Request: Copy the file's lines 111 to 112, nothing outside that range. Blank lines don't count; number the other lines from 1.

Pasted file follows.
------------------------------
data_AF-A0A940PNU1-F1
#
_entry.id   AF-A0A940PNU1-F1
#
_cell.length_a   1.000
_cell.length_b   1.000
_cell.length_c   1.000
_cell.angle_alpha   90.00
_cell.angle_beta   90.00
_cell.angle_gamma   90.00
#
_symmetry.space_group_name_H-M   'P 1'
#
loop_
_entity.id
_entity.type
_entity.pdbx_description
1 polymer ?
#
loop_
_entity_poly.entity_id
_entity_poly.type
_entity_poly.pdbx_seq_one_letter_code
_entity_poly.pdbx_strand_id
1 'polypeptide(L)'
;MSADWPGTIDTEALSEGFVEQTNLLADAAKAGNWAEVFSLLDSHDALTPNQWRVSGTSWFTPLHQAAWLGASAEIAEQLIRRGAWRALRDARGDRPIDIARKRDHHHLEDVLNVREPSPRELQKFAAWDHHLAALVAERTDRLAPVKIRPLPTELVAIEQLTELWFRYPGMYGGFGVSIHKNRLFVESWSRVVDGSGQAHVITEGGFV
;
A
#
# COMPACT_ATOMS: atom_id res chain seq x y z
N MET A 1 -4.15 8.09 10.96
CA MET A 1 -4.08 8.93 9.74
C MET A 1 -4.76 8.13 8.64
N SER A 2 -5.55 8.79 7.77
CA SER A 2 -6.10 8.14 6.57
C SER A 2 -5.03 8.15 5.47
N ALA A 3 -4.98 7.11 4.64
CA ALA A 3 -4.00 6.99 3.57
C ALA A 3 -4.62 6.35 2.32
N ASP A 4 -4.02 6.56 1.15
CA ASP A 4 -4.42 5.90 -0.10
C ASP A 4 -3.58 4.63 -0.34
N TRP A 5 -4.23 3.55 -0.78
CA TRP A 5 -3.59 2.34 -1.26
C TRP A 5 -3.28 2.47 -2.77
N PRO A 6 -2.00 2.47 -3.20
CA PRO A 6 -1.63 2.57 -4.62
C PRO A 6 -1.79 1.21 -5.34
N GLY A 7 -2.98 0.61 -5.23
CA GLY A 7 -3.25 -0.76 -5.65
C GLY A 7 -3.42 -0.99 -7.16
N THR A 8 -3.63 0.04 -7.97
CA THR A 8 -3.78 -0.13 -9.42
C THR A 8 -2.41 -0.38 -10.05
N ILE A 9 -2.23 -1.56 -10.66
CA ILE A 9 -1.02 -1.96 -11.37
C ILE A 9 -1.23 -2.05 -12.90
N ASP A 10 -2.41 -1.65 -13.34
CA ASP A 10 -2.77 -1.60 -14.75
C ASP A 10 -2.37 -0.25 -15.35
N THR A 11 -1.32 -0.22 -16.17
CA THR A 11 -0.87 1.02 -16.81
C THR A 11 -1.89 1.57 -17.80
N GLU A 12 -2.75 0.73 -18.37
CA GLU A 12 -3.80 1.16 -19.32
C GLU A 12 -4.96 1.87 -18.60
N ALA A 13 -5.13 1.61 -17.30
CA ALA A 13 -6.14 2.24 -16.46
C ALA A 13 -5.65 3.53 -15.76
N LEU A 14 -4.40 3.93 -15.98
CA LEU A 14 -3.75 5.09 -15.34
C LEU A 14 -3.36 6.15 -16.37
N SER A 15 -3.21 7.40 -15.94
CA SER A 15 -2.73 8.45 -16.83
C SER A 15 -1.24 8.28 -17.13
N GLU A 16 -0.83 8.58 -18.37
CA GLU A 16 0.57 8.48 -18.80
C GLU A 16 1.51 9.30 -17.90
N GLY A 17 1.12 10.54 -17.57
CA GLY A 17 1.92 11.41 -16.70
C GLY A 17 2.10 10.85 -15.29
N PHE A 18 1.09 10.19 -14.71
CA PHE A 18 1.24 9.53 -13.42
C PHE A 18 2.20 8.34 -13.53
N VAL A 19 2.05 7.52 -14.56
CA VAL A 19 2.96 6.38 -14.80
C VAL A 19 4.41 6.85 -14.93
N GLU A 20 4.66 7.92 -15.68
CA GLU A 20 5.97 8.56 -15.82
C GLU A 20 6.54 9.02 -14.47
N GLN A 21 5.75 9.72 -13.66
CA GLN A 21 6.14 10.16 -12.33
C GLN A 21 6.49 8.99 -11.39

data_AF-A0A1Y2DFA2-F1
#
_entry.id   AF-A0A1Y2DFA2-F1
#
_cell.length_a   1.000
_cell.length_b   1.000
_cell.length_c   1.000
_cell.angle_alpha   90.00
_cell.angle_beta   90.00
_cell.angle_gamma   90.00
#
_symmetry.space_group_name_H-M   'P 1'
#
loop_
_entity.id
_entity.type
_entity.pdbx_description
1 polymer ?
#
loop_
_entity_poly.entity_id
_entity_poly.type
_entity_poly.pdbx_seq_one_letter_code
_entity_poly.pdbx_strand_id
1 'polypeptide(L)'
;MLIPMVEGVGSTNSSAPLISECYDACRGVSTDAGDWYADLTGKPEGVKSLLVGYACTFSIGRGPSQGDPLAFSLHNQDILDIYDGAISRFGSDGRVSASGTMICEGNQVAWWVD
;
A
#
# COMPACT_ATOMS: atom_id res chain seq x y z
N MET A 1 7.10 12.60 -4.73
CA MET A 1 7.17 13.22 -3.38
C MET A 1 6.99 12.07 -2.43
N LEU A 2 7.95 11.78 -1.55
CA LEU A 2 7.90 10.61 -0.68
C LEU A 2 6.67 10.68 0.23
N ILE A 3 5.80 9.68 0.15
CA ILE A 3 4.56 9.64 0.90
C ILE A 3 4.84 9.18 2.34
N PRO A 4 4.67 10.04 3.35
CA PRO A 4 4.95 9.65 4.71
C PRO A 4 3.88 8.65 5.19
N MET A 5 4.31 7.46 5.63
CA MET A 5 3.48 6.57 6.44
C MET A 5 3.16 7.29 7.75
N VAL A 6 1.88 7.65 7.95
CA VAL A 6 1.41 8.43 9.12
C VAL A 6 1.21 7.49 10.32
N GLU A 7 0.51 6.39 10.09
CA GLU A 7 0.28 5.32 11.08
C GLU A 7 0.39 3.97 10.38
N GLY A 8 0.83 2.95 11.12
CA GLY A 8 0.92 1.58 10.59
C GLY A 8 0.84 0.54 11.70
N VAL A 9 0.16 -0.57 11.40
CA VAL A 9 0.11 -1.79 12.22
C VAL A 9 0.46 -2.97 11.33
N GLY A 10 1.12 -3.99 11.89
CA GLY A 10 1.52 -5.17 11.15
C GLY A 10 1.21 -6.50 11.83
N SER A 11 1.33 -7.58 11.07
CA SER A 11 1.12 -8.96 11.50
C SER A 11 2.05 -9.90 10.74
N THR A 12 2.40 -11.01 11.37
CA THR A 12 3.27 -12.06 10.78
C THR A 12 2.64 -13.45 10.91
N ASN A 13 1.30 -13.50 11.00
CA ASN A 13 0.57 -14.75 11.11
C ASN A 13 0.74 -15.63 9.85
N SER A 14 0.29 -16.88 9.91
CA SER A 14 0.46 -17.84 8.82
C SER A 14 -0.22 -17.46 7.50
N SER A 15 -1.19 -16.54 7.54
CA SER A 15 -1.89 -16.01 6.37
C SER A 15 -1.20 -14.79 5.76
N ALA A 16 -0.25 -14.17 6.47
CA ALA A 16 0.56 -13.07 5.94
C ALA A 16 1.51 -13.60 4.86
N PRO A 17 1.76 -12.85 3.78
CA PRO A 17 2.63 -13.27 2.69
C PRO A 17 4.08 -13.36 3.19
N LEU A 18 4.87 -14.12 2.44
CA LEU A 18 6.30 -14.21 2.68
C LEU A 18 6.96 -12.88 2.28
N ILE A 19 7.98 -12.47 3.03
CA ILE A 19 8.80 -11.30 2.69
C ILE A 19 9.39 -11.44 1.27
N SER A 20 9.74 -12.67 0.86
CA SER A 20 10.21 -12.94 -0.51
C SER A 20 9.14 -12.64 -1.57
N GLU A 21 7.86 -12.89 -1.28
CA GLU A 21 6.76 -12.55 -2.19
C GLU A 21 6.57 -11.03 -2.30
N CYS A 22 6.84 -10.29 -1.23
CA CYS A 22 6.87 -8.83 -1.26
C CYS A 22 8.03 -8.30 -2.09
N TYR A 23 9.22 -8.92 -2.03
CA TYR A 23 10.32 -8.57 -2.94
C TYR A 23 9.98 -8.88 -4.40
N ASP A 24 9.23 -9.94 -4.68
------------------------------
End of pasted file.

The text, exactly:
1 polymer ?
#